FILING expenses is one of Baobab’s least favourite things to do, never more so than after a trip to Angola. It is painful to explain to The Economist bosses that Luanda, the capital, really is that expensive. A by no means luxurious hotel room costs $400, a non-alcoholic drink in the lobby $10 ($2 in a supermarket). The underwhelming hotel buffet will set you back $75 and a pizza on a street corner $25.
A regular taxi ride easily adds up to $50, especially since the taxi company (the only one in town) starts the meter as soon as the car leaves the depot. There are no cruising cabs. For a driver with a decent car I paid $350 per day (for two days only, then I walked everywhere in 35°C heat and 100% humidity). An apartment costs $10,000-$15,000 to rent per month or at least a million dollars to buy. Labourers get paid $50 per month. That tells you a lot about the gap between rich and poor. Angola has one of the worst Gini coefficients in the world.
For several years Luanda has been the most expensive city in the world. That is not primarily a consequence of the influx of oil money, although there is a lot of it about since Angola is sub-Saharan Africa’s second biggest producer. The crazy prices were initially the result of limited supply during and shortly after the civil war that ended in 2002. When peace became permanent, trade routes opened up again and new companies tried to enter the market.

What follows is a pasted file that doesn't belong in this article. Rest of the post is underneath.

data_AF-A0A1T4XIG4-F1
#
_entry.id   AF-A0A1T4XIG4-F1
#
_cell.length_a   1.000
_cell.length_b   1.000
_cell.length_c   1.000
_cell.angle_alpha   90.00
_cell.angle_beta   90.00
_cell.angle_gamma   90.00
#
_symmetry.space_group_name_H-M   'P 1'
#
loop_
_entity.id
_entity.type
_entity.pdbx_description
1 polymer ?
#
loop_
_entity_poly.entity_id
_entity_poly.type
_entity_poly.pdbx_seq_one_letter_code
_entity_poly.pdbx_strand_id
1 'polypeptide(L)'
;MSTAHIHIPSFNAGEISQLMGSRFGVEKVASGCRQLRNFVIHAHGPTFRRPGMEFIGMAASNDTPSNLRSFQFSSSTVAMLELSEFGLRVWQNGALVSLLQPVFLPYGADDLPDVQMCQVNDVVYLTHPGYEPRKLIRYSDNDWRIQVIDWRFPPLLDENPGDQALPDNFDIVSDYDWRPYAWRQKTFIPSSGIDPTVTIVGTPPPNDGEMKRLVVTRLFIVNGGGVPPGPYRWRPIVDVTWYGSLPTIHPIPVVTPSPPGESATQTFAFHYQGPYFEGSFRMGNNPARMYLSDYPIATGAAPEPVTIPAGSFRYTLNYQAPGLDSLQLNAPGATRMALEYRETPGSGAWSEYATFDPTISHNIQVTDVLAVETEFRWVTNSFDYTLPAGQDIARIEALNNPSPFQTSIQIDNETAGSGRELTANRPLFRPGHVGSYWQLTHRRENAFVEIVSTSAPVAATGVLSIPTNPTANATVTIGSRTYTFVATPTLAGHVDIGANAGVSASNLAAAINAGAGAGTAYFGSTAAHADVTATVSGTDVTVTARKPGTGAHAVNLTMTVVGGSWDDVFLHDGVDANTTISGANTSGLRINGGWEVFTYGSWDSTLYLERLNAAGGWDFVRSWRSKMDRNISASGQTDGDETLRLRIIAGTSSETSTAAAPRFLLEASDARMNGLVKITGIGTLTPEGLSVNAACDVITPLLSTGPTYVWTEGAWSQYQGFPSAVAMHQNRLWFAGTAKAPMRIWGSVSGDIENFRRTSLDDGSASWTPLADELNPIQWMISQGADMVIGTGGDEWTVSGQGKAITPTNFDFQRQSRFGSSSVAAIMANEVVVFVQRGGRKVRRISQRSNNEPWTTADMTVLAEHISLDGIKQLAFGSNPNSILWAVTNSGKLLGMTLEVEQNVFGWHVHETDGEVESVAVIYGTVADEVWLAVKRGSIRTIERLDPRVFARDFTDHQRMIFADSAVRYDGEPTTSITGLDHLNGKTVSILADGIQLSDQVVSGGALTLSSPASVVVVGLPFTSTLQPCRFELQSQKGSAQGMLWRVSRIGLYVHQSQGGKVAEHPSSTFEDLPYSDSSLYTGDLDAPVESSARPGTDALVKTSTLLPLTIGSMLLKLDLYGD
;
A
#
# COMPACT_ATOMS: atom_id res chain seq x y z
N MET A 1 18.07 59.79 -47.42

But insiders had come to like the wildly above-average profits they were making and so made sure the trade barriers stayed in place. In Luanda an avocado can cost $5, while in the countryside you get a hundred avocados for $10. To get fruit to town, lorry drivers and merchants have to negotiate a mesmerising obstacle course of bribe-seeking officials, guards, thugs, policemen and soldiers.
The supermarket Casa Dos Frescos sold a melon for $100 shortly before Christmas to an irate Frenchman. He tried to sue the retailer for profiteering in a local court last month and presented a picture of the rather ordinary melon plus the receipt. The judge threw out the case for lack of evidence—the original melon. The Frenchman had eaten it.
Source: The Economist